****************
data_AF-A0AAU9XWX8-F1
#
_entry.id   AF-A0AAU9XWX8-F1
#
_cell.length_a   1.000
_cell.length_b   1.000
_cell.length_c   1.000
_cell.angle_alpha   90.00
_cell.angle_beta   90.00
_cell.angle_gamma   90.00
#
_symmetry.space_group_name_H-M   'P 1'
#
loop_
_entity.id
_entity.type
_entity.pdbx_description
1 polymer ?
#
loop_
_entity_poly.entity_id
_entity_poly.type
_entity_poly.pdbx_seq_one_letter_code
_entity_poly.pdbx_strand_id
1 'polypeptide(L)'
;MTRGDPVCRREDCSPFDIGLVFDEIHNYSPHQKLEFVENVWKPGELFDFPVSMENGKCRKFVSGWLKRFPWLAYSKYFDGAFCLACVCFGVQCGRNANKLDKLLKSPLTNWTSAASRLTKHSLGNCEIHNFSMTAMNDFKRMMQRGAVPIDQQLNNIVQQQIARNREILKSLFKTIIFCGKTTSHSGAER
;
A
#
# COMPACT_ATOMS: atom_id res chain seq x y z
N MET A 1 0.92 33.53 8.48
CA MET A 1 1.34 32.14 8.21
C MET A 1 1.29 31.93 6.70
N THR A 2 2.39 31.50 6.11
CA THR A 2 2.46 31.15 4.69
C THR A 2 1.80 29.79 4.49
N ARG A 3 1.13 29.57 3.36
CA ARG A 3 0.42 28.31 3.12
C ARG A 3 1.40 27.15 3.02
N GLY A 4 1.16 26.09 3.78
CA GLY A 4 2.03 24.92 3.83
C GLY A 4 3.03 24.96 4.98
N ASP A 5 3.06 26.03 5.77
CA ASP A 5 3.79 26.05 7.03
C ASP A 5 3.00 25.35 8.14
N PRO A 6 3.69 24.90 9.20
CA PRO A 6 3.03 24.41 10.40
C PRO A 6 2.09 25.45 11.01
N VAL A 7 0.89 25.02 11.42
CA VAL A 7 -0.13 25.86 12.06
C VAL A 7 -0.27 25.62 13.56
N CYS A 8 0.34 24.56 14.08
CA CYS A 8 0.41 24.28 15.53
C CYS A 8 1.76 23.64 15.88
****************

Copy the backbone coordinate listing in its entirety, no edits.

data_AF-A0AAU9XWX8-F1
#
_entry.id   AF-A0AAU9XWX8-F1
#
_cell.length_a   1.000
_cell.length_b   1.000
_cell.length_c   1.000
_cell.angle_alpha   90.00
_cell.angle_beta   90.00
_cell.angle_gamma   90.00
#
_symmetry.space_group_name_H-M   'P 1'
#
loop_
_entity.id
_entity.type
_entity.pdbx_description
1 polymer ?
#
loop_
_entity_poly.entity_id
_entity_poly.type
_entity_poly.pdbx_seq_one_letter_code
_entity_poly.pdbx_strand_id
1 'polypeptide(L)'
;MTRGDPVCRREDCSPFDIGLVFDEIHNYSPHQKLEFVENVWKPGELFDFPVSMENGKCRKFVSGWLKRFPWLAYSKYFDGAFCLACVCFGVQCGRNANKLDKLLKSPLTNWTSAASRLTKHSLGNCEIHNFSMTAMNDFKRMMQRGAVPIDQQLNNIVQQQIARNREILKSLFKTIIFCGKTTSHSGAER
;
A
#
# COMPACT_ATOMS: atom_id res chain seq x y z
N MET A 1 0.92 33.53 8.48
CA MET A 1 1.34 32.14 8.21
C MET A 1 1.29 31.93 6.70
N THR A 2 2.39 31.50 6.11
CA THR A 2 2.46 31.15 4.69
C THR A 2 1.80 29.79 4.49
N ARG A 3 1.13 29.57 3.36
CA ARG A 3 0.42 28.31 3.12
C ARG A 3 1.40 27.15 3.02
N GLY A 4 1.16 26.09 3.78
CA GLY A 4 2.03 24.92 3.83
C GLY A 4 3.03 24.96 4.98
N ASP A 5 3.06 26.03 5.77
CA ASP A 5 3.79 26.05 7.03
C ASP A 5 3.00 25.35 8.14
N PRO A 6 3.69 24.90 9.20
CA PRO A 6 3.03 24.41 10.40
C PRO A 6 2.09 25.45 11.01
N VAL A 7 0.89 25.02 11.42
CA VAL A 7 -0.13 25.86 12.06
C VAL A 7 -0.27 25.62 13.56
N CYS A 8 0.34 24.56 14.08
CA CYS A 8 0.41 24.28 15.53
C CYS A 8 1.76 23.64 15.88